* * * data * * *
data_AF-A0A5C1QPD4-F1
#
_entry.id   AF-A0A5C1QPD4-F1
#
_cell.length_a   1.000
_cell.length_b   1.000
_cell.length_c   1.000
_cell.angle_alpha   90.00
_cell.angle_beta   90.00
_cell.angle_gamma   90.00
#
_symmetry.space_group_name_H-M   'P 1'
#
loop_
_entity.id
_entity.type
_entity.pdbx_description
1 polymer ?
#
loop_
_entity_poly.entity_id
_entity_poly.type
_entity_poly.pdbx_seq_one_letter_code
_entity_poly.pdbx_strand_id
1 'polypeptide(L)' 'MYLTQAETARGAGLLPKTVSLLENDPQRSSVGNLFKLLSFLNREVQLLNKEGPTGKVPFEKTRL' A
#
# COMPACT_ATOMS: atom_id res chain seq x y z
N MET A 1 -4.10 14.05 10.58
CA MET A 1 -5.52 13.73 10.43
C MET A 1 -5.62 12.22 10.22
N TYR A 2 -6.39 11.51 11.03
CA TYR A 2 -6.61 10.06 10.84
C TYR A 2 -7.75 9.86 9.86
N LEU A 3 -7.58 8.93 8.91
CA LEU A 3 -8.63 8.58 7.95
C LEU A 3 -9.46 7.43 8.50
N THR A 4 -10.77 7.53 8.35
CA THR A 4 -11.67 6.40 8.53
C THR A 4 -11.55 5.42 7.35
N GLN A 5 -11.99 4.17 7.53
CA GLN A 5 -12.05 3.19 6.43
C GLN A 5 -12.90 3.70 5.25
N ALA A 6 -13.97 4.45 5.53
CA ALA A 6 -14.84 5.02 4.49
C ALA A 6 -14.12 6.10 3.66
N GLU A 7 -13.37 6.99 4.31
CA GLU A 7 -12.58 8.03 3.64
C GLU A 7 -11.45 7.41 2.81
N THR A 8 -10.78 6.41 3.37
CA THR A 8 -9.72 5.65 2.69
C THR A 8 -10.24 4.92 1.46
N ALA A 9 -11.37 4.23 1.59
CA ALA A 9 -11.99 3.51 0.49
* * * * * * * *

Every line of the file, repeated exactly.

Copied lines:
data_AF-A0A5C1QPD4-F1
#
_entry.id   AF-A0A5C1QPD4-F1
#
_cell.length_a   1.000
_cell.length_b   1.000
_cell.length_c   1.000
_cell.angle_alpha   90.00
_cell.angle_beta   90.00
_cell.angle_gamma   90.00
#
_symmetry.space_group_name_H-M   'P 1'
#
loop_
_entity.id
_entity.type
_entity.pdbx_description
1 polymer ?
#
loop_
_entity_poly.entity_id
_entity_poly.type
_entity_poly.pdbx_seq_one_letter_code
_entity_poly.pdbx_strand_id
1 'polypeptide(L)' 'MYLTQAETARGAGLLPKTVSLLENDPQRSSVGNLFKLLSFLNREVQLLNKEGPTGKVPFEKTRL' A
#
# COMPACT_ATOMS: atom_id res chain seq x y z
N MET A 1 -4.10 14.05 10.58
CA MET A 1 -5.52 13.73 10.43
C MET A 1 -5.62 12.22 10.22
N TYR A 2 -6.39 11.51 11.03
CA TYR A 2 -6.61 10.06 10.84
C TYR A 2 -7.75 9.86 9.86
N LEU A 3 -7.58 8.93 8.91
CA LEU A 3 -8.63 8.58 7.95
C LEU A 3 -9.46 7.43 8.50
N THR A 4 -10.77 7.53 8.35
CA THR A 4 -11.67 6.40 8.53
C THR A 4 -11.55 5.42 7.35
N GLN A 5 -11.99 4.17 7.53
CA GLN A 5 -12.05 3.19 6.43
C GLN A 5 -12.90 3.70 5.25
N ALA A 6 -13.97 4.45 5.53
CA ALA A 6 -14.84 5.02 4.49
C ALA A 6 -14.12 6.10 3.66
N GLU A 7 -13.37 6.99 4.31
CA GLU A 7 -12.58 8.03 3.64
C GLU A 7 -11.45 7.41 2.81
N THR A 8 -10.78 6.41 3.37
CA THR A 8 -9.72 5.65 2.69
C THR A 8 -10.24 4.92 1.46
N ALA A 9 -11.37 4.23 1.59
CA ALA A 9 -11.99 3.51 0.49